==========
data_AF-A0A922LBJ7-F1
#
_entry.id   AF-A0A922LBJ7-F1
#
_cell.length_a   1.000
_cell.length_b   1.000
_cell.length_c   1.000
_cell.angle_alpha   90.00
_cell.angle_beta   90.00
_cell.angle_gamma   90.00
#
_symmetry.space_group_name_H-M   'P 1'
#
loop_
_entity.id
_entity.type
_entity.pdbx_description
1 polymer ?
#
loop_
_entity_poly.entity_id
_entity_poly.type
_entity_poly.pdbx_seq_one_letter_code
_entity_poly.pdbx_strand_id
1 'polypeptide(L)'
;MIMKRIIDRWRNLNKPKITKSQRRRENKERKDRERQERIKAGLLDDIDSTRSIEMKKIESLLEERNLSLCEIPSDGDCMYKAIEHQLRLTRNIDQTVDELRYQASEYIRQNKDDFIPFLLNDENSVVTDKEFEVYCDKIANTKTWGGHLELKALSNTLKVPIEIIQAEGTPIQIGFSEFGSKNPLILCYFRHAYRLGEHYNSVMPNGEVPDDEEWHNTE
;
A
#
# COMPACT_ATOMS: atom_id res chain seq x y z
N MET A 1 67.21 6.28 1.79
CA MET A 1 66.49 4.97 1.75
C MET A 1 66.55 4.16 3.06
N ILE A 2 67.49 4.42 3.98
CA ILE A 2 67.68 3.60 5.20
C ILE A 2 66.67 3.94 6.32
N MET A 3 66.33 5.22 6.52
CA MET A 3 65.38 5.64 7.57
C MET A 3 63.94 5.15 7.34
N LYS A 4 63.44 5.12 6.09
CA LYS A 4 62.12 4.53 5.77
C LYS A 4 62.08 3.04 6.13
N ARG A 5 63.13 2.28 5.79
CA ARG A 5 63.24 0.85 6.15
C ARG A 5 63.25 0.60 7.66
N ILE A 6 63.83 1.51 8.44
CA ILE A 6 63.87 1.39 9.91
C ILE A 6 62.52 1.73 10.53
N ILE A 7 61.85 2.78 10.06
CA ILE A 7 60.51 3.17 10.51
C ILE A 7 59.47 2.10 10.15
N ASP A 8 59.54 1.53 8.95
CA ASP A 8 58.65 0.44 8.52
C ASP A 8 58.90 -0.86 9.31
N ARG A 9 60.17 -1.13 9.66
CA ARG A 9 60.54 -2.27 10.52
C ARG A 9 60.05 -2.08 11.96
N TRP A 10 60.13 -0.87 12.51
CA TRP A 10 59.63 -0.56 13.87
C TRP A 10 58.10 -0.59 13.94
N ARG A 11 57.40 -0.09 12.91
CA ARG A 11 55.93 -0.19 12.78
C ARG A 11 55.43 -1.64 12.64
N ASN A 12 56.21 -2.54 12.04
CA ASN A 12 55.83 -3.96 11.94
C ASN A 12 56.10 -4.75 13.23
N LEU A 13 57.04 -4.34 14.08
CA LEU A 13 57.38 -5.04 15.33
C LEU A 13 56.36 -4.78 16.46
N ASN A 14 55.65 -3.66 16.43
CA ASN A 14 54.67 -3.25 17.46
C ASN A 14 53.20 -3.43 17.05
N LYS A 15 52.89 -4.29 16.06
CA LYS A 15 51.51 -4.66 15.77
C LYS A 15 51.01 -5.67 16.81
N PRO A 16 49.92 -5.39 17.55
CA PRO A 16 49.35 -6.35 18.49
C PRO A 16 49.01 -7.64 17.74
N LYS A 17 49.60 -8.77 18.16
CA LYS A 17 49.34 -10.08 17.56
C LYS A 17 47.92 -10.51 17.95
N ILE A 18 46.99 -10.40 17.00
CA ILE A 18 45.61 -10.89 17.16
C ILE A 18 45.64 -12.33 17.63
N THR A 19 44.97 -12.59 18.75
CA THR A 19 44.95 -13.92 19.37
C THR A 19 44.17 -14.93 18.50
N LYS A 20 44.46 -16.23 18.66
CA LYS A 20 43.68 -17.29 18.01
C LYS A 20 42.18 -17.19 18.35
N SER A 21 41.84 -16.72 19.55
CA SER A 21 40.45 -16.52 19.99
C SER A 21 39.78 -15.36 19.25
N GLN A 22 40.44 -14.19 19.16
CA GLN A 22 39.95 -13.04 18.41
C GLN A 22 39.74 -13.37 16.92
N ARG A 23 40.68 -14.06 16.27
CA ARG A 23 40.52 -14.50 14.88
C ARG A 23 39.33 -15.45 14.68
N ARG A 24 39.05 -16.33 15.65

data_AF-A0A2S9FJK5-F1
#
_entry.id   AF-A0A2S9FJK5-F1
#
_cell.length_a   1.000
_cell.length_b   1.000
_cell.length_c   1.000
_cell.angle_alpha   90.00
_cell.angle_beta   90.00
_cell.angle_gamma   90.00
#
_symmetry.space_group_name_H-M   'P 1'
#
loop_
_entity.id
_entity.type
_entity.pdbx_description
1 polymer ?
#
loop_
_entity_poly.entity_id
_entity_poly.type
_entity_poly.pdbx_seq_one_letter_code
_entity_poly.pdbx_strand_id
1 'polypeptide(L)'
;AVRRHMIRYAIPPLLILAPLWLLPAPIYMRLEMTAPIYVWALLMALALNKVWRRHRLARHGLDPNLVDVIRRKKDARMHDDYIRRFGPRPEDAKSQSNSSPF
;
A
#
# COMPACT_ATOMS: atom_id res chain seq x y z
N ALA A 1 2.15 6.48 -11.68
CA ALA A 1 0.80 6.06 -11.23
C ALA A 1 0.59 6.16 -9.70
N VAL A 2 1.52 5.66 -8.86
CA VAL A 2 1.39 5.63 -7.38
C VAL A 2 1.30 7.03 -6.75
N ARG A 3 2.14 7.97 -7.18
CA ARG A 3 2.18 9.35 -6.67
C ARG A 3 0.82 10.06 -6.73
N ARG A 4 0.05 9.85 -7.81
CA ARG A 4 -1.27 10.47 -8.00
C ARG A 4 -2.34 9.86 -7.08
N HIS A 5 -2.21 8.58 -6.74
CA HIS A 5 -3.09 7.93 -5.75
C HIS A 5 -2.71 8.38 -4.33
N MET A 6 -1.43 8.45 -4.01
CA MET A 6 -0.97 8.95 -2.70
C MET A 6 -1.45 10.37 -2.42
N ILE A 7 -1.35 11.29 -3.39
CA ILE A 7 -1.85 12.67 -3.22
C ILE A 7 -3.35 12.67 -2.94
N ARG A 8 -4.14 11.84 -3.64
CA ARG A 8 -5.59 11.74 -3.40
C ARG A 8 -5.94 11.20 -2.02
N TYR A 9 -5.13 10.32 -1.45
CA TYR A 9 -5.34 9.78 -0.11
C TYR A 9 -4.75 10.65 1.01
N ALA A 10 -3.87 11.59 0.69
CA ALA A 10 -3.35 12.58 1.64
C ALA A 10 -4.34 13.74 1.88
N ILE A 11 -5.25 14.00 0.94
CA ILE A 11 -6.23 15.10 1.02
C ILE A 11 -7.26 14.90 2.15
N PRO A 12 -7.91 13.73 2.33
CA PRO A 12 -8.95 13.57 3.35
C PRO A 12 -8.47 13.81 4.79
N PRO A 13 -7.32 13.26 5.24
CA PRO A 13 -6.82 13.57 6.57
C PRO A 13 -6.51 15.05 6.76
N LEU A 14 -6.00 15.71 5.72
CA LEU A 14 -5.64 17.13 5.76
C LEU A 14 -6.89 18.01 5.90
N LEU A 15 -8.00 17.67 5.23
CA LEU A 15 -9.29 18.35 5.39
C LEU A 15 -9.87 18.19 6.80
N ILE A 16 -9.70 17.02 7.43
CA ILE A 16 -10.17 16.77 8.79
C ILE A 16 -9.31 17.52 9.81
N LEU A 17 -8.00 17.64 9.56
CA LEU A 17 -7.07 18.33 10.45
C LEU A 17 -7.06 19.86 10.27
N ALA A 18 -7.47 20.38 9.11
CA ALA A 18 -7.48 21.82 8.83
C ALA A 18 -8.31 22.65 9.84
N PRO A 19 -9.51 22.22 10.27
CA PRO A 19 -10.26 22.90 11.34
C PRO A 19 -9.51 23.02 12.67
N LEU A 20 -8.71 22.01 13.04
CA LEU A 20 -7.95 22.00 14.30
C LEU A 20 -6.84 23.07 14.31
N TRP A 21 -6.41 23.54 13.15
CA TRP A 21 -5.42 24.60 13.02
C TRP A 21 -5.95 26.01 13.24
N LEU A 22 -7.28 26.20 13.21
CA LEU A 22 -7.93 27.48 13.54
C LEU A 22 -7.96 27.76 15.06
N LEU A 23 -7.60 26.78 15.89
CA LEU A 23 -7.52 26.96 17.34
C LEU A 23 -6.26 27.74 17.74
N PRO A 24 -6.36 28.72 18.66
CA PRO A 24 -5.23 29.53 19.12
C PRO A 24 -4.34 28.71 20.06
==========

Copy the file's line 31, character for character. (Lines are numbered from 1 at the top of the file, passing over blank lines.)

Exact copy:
N MET A 1 67.21 6.28 1.79